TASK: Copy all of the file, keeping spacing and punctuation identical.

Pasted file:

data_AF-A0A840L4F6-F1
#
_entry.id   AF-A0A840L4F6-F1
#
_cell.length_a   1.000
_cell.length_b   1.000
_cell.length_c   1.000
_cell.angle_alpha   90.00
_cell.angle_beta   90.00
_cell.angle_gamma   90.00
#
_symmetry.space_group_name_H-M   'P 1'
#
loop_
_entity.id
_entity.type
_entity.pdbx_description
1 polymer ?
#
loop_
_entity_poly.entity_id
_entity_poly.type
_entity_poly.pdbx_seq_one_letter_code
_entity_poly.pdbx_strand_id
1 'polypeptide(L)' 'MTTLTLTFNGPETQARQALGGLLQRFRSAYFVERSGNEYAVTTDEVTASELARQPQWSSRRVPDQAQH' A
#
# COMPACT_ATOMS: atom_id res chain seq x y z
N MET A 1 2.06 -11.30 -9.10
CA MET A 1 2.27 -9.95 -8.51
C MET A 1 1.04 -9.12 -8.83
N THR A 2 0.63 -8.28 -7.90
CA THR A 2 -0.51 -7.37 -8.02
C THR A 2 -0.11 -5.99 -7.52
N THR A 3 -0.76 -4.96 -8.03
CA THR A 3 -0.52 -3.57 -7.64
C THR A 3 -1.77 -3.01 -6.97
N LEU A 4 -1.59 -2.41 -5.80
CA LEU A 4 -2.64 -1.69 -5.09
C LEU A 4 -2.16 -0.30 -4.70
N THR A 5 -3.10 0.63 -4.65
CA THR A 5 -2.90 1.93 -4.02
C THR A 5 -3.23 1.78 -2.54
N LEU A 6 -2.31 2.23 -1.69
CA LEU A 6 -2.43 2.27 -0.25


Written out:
data_AF-A0A840L4F6-F1
#
_entry.id   AF-A0A840L4F6-F1
#
_cell.length_a   1.000
_cell.length_b   1.000
_cell.length_c   1.000
_cell.angle_alpha   90.00
_cell.angle_beta   90.00
_cell.angle_gamma   90.00
#
_symmetry.space_group_name_H-M   'P 1'
#
loop_
_entity.id
_entity.type
_entity.pdbx_description
1 polymer ?
#
loop_
_entity_poly.entity_id
_entity_poly.type
_entity_poly.pdbx_seq_one_letter_code
_entity_poly.pdbx_strand_id
1 'polypeptide(L)' 'MTTLTLTFNGPETQARQALGGLLQRFRSAYFVERSGNEYAVTTDEVTASELARQPQWSSRRVPDQAQH' A
#
# COMPACT_ATOMS: atom_id res chain seq x y z
N MET A 1 2.06 -11.30 -9.10
CA MET A 1 2.27 -9.95 -8.51
C MET A 1 1.04 -9.12 -8.83
N THR A 2 0.63 -8.28 -7.90
CA THR A 2 -0.51 -7.37 -8.02
C THR A 2 -0.11 -5.99 -7.52
N THR A 3 -0.76 -4.96 -8.03
CA THR A 3 -0.52 -3.57 -7.64
C THR A 3 -1.77 -3.01 -6.97
N LEU A 4 -1.59 -2.41 -5.80
CA LEU A 4 -2.64 -1.69 -5.09
C LEU A 4 -2.16 -0.30 -4.70
N THR A 5 -3.10 0.63 -4.65
CA THR A 5 -2.90 1.93 -4.02
C THR A 5 -3.23 1.78 -2.54
N LEU A 6 -2.31 2.23 -1.69
CA LEU A 6 -2.43 2.27 -0.25